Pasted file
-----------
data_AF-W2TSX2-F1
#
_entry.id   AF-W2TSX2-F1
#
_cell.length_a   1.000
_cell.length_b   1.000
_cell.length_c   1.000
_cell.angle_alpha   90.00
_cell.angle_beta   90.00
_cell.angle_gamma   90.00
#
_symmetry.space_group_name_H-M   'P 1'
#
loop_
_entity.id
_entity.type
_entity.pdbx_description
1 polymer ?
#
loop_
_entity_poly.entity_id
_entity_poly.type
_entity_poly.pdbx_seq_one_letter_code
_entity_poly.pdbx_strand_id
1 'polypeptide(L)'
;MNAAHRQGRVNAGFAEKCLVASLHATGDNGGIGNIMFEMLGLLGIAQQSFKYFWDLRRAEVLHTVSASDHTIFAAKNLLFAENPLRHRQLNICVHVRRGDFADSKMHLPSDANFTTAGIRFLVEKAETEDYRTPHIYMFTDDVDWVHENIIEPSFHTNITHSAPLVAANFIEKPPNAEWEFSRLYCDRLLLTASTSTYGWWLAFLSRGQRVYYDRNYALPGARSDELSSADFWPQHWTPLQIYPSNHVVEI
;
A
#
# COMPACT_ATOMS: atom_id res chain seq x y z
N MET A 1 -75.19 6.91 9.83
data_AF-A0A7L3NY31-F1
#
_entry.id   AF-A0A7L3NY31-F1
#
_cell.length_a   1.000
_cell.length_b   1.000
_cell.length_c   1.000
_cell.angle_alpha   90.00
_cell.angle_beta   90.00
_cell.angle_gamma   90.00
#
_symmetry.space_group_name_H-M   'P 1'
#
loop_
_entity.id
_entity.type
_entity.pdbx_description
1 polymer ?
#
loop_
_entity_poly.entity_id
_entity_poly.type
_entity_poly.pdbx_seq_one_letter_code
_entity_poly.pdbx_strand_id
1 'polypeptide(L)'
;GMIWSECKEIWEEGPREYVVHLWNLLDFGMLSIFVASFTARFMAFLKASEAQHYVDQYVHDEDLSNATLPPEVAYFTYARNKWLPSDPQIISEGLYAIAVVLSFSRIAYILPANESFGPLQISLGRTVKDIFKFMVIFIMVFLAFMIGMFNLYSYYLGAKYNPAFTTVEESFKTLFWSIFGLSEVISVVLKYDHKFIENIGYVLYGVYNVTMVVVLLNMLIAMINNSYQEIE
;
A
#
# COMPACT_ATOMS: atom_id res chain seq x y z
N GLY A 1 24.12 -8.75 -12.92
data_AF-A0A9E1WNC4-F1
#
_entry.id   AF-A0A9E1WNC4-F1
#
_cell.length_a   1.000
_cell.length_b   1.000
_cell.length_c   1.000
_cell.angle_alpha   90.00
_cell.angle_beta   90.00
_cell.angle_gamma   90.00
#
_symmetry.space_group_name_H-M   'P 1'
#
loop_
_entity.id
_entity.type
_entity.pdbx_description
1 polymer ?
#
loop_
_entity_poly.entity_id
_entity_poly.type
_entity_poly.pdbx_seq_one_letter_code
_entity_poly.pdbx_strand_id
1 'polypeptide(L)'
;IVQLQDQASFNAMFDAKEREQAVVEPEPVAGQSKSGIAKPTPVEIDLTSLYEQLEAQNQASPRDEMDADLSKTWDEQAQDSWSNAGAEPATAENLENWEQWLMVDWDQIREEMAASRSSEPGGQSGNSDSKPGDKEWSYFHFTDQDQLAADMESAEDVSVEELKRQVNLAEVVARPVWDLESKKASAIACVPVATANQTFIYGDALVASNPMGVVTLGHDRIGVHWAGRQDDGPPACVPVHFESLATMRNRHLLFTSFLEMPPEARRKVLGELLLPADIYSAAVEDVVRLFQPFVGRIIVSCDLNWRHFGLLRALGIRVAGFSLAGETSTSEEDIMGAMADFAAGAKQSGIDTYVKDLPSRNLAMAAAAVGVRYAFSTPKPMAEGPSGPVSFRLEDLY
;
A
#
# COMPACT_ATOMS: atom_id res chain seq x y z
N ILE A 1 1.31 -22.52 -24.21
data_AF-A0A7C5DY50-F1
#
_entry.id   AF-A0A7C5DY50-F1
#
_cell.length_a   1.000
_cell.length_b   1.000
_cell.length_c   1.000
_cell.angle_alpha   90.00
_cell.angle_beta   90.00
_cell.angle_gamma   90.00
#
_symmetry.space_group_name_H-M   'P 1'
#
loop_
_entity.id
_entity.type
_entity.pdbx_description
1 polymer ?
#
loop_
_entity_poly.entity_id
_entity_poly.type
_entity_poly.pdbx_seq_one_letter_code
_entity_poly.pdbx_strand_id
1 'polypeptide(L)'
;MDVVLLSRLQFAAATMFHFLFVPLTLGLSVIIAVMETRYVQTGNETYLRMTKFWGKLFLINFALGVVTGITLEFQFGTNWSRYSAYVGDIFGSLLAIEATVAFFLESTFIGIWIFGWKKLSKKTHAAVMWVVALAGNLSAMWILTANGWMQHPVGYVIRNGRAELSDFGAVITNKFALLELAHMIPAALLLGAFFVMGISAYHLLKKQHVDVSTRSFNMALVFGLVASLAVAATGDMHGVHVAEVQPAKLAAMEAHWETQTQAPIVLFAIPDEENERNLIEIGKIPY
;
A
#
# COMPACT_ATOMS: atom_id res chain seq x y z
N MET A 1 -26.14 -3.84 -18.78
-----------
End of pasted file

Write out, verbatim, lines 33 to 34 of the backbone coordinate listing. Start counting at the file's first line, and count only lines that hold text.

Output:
#
_entry.id   AF-A0A7L3NY31-F1